The Association for Psychoanalytic Thought (APT) is pleased to present “Modern Neuroscience and Freud” at 7PM on Friday, March 21st, 2014, at the Cincinnati Psychoanalytic Institute, 3001 Highland Ave, Cincinnati, Ohio 45219.
Konstantin Bakhurin of the systems/computational neuroscience laboratory at UCLA will discuss learning-dependent modulation and potential neurological correlates for past experience influencing present behavior; this is a possible model for understanding Freud’s ID, EGO, and SUPER-EGO as ‘residing’ in the brain as an effect of its organization and interacting function.
Marcia Kaplan, Institute Faculty Member, Board certified in psychiatry and psychoanalysis, Board eligible in neurology, and practicing psychiatrist and psychoanalytic psychotherapist, will discuss findings involving firing of single neurons correlating with psychoanalytic models explaining behavior and information – processing in “bottom-up” and “top-down” ways by both brain and mind.
Please RSVP early by calling 513-515-6836 or by emailing firstname.lastname@example.org.
Gabriele Dillmann and Christian Faur from Denison University will digitally capture this event and the institute will make it available on their website. A link will be posted here as well.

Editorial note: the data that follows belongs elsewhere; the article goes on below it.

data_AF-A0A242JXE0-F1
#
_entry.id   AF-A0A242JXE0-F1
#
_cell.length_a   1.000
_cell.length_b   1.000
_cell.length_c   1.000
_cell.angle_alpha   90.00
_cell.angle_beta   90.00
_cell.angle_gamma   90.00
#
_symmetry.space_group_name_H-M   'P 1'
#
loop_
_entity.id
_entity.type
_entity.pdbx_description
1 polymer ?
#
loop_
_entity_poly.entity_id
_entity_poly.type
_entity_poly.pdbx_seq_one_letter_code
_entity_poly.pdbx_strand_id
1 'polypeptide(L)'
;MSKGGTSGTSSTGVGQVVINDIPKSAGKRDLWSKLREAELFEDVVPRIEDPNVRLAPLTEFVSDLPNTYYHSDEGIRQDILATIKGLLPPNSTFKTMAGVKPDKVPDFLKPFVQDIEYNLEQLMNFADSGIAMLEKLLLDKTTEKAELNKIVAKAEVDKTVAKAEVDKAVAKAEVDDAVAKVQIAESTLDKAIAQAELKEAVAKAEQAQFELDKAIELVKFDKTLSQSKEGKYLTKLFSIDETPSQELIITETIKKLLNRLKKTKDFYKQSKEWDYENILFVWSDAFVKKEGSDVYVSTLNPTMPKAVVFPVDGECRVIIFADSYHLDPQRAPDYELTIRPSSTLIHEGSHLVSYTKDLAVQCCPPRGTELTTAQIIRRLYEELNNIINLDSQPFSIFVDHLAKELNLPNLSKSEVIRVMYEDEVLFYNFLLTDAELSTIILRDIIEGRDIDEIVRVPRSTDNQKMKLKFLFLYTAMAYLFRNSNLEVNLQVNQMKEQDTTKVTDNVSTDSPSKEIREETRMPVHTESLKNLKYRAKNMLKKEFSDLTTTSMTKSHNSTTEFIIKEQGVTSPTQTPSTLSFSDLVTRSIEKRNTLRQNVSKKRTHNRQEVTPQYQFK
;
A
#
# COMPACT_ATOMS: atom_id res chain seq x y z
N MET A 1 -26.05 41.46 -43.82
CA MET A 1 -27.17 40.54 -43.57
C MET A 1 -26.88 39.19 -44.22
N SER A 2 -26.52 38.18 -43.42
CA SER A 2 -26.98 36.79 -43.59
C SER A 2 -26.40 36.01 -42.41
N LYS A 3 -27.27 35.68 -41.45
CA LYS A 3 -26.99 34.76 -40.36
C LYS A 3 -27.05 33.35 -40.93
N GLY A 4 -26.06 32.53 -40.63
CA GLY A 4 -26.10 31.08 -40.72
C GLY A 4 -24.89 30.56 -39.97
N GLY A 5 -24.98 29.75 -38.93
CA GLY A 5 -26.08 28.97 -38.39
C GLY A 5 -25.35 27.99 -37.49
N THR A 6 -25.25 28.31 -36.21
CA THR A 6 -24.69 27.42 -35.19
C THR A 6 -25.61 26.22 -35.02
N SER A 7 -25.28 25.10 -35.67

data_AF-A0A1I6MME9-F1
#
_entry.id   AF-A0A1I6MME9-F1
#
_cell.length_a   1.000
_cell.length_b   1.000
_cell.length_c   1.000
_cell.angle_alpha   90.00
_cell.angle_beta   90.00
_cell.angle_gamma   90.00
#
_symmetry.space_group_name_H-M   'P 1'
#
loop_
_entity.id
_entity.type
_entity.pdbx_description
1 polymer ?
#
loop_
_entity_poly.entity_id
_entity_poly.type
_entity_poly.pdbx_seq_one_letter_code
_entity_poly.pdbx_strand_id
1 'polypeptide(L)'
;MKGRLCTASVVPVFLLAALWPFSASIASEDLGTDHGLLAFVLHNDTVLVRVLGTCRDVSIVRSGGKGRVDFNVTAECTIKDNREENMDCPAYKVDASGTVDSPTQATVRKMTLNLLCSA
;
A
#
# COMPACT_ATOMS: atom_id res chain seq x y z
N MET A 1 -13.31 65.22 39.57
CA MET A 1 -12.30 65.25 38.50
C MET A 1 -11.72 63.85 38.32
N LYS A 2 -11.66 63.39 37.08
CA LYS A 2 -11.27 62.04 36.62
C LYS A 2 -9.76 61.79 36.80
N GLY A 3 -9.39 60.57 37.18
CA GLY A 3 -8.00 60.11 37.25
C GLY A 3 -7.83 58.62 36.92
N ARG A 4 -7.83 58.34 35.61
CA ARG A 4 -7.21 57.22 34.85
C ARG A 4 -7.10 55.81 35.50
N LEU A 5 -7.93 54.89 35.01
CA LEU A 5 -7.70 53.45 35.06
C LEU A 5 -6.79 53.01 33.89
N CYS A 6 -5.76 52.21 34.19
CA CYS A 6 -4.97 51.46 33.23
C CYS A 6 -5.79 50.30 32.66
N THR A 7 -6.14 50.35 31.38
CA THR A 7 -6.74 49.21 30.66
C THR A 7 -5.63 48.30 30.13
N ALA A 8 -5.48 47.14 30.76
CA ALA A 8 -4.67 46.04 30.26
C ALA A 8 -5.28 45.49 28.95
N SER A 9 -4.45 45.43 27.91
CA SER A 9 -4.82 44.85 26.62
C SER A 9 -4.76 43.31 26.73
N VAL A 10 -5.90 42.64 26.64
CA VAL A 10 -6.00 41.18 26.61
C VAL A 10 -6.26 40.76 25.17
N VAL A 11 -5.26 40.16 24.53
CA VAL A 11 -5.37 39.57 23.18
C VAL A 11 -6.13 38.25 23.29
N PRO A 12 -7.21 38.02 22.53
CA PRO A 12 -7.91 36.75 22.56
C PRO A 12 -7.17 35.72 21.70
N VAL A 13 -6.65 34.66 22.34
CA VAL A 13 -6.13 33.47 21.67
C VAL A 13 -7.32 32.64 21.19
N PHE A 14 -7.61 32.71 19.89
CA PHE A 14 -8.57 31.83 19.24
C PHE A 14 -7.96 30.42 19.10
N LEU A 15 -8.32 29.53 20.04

If you cannot attend but wish to participate with questions or comments, please submit these to me via email and I will post them here.
Question from Kurt Grahnke, Denison University (submitted March 19th via email from Germany)
Although Freud did have a background in neurology, when he was developing his psychoanalytic theory, he did not intend for his models of the psyche to have neuroanatomical correlates. What sorts of problems do you run into when trying to map models of the psyche onto models of the brain, with the psyche having a different ontological nature than the brain? What benefits can be derived from doing so? – Perhaps a more holistic way of understanding behavior, specifically neurotic behavior?